Ok, so here are the first measurements of the individual drivers without a crossover.
The measurements were taken with the lash-up cabinets positioned where the finished speakers will live in my listening room.
The measurements were taken using the function within the Hypex DLCP (DSP) and with my microphone calibration file installed.
The Cyan traces are limiting filters I uploaded to the DLCP, which are just outside each drivers range. These offer some protection to the drivers when doing full frequency sweeps. The Red traces are the measured results for each driver, which includes the effect of the limiting filters. The Orange traces are the softwares prediction of what will happen if these filters are applied a second time to the measured result, so should be ignored. With this software, if you add further filters, the Orange trace will change accordingly to show the predicted effect of the additional filter/s. This wysiwyg approach is very handy for people with only a basic grasp of the technical side of things, we're not all acoustic engineers.




I've measured each driver at three distances, 12, 35 and 100cm. Volume level for the sweep signal was kept the same for all measurements taken.
What can be seen on these plots of the Left speakers HDS Tweeter, is that the rising response of the stock driver has been flattened by the wave guide. Strangely there is a 3dB roll off from 10kHz to 15kHz, I will have to compare this with the other driver, to establish if this one is faulty.






The plots of the Yamaha Mid Range show its response is falling away in the upper frequencies and by a fair amount by the time its stock 6KHz crossover point is reached, some work may be needed to help relieve this situation,






With the ScanSpeak Woofer, it measures remarkably flat at 12cm but the peaks and troughs get larger the further the mic gets away from the driver. There is no gating here and reflections/room effects show up the most with woofers.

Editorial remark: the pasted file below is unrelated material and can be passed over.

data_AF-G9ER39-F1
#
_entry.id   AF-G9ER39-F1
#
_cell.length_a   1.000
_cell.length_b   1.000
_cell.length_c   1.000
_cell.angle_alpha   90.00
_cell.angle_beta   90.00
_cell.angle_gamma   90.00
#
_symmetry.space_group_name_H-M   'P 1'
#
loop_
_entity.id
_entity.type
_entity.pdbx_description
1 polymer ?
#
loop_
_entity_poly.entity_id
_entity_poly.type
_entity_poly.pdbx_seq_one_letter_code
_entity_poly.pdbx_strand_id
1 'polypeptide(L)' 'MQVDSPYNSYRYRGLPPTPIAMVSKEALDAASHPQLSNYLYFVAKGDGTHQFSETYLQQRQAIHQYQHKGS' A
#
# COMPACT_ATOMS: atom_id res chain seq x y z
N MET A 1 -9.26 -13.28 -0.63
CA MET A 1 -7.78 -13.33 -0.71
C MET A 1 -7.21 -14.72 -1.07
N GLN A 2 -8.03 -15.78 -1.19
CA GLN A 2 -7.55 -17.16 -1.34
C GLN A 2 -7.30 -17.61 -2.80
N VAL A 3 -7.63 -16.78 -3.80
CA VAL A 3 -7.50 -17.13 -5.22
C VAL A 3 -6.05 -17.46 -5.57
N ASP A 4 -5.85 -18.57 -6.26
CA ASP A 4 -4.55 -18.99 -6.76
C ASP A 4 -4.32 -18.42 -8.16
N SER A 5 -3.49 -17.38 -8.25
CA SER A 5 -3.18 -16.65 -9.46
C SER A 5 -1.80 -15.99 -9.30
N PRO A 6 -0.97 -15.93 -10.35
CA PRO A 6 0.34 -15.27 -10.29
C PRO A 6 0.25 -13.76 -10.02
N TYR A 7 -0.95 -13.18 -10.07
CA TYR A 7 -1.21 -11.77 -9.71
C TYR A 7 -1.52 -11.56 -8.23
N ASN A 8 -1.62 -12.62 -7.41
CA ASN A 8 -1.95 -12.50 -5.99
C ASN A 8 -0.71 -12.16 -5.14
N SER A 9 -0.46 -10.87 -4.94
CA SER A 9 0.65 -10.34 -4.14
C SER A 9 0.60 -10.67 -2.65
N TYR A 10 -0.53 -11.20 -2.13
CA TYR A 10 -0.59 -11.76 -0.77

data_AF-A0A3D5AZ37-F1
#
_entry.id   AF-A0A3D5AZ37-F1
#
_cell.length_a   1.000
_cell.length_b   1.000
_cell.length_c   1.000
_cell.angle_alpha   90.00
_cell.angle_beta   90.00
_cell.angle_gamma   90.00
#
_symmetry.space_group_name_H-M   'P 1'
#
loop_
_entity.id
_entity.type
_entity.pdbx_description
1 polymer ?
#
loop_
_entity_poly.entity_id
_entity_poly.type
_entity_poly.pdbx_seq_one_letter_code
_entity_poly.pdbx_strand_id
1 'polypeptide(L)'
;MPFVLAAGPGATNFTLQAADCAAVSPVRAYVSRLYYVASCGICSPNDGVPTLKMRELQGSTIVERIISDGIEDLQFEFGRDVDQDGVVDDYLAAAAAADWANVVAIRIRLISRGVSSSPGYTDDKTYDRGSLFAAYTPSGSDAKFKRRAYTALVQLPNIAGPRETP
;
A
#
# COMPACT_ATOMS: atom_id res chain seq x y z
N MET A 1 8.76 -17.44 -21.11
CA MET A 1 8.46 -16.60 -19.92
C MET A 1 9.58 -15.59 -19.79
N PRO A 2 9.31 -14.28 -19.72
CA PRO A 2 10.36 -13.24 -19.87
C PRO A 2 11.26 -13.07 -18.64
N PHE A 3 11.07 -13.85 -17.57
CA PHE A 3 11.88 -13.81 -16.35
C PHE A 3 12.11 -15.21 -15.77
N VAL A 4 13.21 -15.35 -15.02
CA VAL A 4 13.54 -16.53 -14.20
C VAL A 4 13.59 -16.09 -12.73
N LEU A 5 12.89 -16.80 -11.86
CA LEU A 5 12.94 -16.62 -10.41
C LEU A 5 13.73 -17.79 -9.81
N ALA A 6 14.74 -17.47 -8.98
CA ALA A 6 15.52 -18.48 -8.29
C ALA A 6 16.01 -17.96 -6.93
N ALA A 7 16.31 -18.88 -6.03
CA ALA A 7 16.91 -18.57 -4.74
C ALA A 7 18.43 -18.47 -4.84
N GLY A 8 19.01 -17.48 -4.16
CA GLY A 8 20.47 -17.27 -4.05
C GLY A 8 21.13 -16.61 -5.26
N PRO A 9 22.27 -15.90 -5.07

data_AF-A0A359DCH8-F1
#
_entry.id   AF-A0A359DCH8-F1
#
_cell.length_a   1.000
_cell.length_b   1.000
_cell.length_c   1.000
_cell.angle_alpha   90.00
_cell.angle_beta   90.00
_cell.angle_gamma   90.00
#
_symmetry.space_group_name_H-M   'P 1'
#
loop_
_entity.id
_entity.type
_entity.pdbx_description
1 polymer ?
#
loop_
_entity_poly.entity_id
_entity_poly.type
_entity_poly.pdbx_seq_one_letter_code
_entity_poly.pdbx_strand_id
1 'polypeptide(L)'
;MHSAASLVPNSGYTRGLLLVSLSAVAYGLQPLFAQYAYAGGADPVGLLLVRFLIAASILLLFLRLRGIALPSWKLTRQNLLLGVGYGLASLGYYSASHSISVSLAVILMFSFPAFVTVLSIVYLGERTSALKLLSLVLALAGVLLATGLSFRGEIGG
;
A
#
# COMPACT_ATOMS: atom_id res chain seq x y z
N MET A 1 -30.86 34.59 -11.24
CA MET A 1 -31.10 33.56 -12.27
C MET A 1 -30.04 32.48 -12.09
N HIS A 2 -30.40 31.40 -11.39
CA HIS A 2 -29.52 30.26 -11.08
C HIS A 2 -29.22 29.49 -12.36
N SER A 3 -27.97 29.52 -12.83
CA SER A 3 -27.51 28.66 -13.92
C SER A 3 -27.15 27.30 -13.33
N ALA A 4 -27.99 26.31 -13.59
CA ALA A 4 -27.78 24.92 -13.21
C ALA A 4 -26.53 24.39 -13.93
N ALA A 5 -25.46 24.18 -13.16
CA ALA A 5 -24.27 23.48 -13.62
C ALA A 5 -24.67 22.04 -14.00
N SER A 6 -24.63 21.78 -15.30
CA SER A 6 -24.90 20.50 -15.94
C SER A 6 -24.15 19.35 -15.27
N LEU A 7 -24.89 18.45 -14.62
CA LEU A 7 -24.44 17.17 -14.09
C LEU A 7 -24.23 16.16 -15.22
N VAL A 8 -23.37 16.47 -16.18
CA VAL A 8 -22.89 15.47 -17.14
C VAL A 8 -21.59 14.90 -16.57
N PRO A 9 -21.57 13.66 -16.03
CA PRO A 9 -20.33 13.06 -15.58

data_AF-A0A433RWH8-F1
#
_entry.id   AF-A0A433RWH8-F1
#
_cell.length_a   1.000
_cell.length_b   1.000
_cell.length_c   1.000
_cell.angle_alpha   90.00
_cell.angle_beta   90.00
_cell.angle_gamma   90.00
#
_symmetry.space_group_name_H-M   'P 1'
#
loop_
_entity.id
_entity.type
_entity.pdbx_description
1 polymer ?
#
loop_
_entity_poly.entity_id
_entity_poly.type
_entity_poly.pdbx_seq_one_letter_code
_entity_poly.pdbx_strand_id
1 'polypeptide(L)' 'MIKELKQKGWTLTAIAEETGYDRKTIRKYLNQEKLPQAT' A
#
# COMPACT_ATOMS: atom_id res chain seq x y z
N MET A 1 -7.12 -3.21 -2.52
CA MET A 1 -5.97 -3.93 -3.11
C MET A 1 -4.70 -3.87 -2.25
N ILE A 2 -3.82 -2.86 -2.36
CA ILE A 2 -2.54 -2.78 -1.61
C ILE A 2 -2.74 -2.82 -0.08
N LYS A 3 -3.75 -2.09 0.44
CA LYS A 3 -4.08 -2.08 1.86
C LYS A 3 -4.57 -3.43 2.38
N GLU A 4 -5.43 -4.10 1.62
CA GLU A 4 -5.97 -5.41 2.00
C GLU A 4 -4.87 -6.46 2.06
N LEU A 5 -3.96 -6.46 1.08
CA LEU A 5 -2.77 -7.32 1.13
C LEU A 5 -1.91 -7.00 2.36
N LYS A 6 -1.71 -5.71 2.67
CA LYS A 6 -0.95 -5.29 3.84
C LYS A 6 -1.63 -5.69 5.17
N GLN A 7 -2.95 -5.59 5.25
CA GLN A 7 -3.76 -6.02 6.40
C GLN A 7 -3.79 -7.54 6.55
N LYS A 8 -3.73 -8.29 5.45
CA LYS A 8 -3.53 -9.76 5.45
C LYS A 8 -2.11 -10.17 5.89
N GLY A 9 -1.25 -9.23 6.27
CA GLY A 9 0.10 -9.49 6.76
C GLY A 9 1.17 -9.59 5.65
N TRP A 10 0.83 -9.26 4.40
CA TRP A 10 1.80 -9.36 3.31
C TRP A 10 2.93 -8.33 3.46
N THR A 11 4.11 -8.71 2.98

These plots are of the drivers in the right speaker, to check for uniformity and were taken at the middle distance of 35cm.
The right Tweeter shows a similar trace to the left one, so its not a faulty driver causing the upper roll off. My Mic is calibrated to 25kHz so that is not contributing in any way. This 3dB roll off at the top can be desirable, in a non fatiguing way, so I will hold off addressing this for now.
The right Mid Range is also a good match with the left hand unit.
The right woofer is generally a good match with the left, but exhibits a 4dB increase in magnitude at 35Hz. This is probably room reinforcement as the right cabinet is located in the corner of the room.
This may explain the very pronounced (And nice) deeper bass I have experienced with these drivers/cabinets in my other projects. I will look at reducing this spike though.






I decided to take a closer look at the right Woofer. It starts out pretty flat but the 35Hz spike gets more pronounced as the microphone is pulled out into the room.





The Woofer trace is pretty flat when measured at 12cm, but I was curious what it would look like when measured even closer. This trace at 8cm on axis is impressive and is almost flat from 35Hz to 500Hz, it shows how much the room messes things up, even when measured just a meter away. It's not driver  correction that's needed here, just room correction.

The next task is to measure the individual drivers with the basic crossover filters installed.
Looking at the driver responses, this would appear to be 500/4000Hz so this will be my starting point.